Rep. Schakowsky, Debt Commission Member, Introduces Proposal That Doesn't Raise Taxes On Middle Class
WASHINGTON -- After rejecting the deficit-reduction recommendations offered by the chairmen of President Obama's debt commission last week, Rep. Jan Schakowsky (D-Ill.) has drafted a comprehensive proposal of her own.
Schakowsky's plan would reduce the deficit by $427.75 billion in 2015, without raising taxes on middle-class Americans or making cuts to federal expenditures that benefit them. As member of the 18-member debt commission, and outspoken critic of the draft report introduced by former Clinton administration chief of staff Erskine Bowles and former Sen. Alan Simpson, (R-Wyo.), her suggestions carry some weight.
"The middle class did not benefit from the Republican economic policies that led to the current deficit -- they were the victims," Schakowsky told reporters on Capitol Hill Tuesday. "They should not be called upon to pick up the tab."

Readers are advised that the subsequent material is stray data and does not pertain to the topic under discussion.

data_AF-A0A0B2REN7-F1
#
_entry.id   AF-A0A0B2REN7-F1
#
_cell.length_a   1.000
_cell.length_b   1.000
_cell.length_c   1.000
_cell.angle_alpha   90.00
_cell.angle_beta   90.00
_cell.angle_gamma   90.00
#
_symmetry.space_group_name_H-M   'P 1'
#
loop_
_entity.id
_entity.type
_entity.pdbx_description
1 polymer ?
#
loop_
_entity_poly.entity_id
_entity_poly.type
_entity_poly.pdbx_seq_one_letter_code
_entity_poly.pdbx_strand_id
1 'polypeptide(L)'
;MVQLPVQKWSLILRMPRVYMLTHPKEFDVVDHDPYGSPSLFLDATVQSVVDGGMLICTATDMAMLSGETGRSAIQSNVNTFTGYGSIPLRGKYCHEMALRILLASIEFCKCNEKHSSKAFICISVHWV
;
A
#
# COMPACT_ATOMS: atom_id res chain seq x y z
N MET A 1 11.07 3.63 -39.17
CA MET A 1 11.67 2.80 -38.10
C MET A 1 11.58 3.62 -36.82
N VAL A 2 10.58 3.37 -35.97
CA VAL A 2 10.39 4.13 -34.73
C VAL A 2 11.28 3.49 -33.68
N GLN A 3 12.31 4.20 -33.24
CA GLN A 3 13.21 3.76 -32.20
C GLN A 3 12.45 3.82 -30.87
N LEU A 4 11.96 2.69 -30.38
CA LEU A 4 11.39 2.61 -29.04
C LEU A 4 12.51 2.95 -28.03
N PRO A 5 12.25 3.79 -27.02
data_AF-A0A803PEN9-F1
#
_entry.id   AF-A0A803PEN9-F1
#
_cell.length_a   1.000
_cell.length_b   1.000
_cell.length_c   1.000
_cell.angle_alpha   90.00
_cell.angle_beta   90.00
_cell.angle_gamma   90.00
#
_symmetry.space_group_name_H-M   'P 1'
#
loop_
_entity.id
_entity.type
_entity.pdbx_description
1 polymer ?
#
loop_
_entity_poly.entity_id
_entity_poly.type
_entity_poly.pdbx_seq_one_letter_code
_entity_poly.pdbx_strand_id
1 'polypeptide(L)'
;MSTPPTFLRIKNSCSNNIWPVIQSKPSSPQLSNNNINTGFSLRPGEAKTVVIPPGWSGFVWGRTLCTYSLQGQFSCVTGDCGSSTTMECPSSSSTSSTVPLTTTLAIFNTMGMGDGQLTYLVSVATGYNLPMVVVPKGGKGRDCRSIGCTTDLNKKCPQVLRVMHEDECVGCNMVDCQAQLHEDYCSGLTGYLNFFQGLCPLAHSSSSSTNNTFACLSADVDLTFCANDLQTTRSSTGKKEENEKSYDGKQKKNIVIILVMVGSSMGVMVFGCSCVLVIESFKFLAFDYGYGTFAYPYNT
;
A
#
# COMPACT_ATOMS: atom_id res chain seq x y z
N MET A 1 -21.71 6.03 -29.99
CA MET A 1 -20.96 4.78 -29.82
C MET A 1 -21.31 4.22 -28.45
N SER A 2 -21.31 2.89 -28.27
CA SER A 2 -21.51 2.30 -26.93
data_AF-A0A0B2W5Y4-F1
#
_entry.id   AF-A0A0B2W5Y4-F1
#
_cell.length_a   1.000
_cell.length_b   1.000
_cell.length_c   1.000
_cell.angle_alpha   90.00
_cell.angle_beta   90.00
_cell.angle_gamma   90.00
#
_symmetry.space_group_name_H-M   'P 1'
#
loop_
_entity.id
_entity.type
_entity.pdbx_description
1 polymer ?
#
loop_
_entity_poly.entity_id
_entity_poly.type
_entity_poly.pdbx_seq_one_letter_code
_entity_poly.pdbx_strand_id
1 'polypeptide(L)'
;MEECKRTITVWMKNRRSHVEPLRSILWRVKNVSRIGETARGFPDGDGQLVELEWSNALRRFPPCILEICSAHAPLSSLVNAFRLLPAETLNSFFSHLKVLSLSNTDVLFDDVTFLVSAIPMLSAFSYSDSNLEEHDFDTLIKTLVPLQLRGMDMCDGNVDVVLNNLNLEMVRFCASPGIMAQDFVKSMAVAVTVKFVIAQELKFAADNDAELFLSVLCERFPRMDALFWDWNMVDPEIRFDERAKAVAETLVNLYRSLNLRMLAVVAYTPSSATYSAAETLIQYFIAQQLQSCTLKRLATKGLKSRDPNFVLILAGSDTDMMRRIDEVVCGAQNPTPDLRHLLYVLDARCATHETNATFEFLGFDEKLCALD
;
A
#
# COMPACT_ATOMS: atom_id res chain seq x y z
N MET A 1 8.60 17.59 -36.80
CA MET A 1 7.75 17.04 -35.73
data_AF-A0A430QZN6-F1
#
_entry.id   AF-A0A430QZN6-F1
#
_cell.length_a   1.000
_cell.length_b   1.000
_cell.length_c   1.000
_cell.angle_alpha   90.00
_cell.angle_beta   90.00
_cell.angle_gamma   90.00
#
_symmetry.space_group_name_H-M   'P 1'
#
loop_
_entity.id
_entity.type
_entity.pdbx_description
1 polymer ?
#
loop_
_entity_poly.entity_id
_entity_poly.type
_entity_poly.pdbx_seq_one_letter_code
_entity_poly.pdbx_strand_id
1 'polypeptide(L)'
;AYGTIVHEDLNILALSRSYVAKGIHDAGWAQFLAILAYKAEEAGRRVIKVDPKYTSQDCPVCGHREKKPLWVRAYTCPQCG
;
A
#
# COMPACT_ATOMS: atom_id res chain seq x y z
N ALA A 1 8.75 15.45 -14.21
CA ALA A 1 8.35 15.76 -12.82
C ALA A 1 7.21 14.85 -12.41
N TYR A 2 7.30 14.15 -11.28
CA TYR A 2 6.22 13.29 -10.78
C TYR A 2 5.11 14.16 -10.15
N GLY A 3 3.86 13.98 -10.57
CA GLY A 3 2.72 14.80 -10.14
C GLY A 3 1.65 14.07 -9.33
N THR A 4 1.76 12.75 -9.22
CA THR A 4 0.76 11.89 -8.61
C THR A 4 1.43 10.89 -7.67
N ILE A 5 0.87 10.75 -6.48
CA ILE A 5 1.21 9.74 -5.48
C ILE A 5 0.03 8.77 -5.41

Schakowsky's plan calls for a $110.7 billion cut in the defense budget, including troop level reduction and scaling back weapons production. The Simpson-Bowles proposal called for only $100 billion in military spending cuts.
Increasing economic stimulus was another focus of Schakowsky's agenda, which would provide $200 billion in measures to spur economic growth by funding unemployment insurance and federal job creation programs. She also calls for $132 billion in tax hikes from companies that ship jobs overseas.
Schakowsky's recommendations stand in stark contrast to the Bowles-Simpson recommendations which would reduce the rate of increase of Social Security benefits and gradually raise the retirement age, among other things.
"Social Security has nothing to do with the deficit," Schakowsky told reporters. "Addressing the Social Security issue as part of the deficit question is like attacking Iraq to retaliate for the September 11 attacks," said Schakowsky.
At least 14 of the 18 members of the deficit commission must agree to the report in order for it to proceed forward to a Congressional vote, something that looks increasingly unlikely.
Last Friday Sen. Bernie Sanders (D-Vt.) announced he will work with seniors' organizations, unions, and members of Congress, to develop an alternative to the Simpson-Bowles recommendations. At her press event today, Schakowsky signaled a willingness to work with Sanders and others in further developing a viable alternative.